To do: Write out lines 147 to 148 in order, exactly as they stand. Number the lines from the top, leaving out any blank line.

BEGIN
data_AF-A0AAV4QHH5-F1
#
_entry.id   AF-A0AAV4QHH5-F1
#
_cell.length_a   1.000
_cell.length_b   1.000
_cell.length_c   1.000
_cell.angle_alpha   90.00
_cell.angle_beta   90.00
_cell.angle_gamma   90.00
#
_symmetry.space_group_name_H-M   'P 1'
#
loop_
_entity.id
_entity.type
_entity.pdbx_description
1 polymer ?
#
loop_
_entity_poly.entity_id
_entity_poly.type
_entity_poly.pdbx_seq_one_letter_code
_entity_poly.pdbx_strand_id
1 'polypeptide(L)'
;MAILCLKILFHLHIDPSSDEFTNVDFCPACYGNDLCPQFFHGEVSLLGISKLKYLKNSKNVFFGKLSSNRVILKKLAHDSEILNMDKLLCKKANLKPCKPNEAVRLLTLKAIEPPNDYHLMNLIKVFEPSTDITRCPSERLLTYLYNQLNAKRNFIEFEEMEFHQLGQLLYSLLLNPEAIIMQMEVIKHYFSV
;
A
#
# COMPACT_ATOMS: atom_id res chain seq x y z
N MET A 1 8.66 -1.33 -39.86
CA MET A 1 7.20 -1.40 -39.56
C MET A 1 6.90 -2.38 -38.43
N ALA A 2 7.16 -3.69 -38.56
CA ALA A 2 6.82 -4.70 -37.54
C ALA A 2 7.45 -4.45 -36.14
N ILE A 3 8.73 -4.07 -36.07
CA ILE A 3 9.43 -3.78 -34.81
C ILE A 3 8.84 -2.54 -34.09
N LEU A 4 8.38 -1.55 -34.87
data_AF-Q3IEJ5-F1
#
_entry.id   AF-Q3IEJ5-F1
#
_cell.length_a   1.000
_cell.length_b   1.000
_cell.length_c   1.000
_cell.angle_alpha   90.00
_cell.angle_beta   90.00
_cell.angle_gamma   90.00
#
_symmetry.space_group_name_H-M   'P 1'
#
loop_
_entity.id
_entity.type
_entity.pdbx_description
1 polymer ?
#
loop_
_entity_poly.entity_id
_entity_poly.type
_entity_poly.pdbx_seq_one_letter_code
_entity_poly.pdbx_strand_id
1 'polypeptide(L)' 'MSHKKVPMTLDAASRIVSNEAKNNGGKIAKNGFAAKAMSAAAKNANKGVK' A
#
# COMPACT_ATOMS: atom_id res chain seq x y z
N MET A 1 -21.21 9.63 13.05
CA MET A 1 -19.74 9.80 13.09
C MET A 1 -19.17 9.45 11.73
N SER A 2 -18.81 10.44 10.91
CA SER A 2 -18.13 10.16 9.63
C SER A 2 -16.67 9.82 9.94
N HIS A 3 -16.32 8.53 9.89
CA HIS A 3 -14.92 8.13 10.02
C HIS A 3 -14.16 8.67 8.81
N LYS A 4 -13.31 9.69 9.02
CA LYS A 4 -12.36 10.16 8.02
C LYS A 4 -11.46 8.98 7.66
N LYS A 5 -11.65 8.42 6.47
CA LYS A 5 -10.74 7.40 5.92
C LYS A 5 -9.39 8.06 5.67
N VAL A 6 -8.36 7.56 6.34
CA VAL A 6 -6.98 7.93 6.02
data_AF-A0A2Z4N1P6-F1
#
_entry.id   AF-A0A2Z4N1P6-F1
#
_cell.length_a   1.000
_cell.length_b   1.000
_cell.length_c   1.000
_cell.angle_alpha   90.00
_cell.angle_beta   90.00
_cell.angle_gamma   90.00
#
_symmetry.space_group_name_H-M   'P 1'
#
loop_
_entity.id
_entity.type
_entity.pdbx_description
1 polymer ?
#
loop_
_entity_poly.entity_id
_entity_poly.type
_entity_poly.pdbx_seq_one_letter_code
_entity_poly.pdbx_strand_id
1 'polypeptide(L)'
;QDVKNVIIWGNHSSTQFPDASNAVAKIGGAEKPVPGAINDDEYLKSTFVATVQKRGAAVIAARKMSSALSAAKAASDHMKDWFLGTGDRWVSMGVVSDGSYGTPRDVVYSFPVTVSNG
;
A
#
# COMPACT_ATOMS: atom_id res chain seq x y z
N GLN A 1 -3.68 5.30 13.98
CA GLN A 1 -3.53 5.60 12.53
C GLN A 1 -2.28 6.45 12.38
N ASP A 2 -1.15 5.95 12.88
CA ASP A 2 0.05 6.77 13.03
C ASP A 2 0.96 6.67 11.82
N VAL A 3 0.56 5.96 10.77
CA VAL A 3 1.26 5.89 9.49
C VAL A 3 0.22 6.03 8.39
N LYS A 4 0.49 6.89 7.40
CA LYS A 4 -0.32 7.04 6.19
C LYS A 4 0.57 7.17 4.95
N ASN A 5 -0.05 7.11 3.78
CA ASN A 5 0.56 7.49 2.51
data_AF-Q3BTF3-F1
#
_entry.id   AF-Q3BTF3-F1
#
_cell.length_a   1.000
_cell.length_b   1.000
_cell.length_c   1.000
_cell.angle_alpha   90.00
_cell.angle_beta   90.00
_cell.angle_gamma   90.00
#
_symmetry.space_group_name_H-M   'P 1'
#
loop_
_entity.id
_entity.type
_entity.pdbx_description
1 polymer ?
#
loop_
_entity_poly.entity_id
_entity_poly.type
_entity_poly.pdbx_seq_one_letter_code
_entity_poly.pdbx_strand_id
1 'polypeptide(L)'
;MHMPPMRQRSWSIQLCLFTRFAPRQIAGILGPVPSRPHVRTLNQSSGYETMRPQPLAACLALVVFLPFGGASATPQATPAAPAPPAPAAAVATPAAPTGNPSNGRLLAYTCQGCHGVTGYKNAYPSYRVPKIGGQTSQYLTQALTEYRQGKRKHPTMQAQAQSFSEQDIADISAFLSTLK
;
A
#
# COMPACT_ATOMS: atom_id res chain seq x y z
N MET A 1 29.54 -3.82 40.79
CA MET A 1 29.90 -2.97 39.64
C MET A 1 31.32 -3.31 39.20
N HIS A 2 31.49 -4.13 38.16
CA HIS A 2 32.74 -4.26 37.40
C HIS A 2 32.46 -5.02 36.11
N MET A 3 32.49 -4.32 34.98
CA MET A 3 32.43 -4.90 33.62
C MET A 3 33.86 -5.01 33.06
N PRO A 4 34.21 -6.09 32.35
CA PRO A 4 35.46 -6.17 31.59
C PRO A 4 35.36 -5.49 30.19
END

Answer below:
#
loop_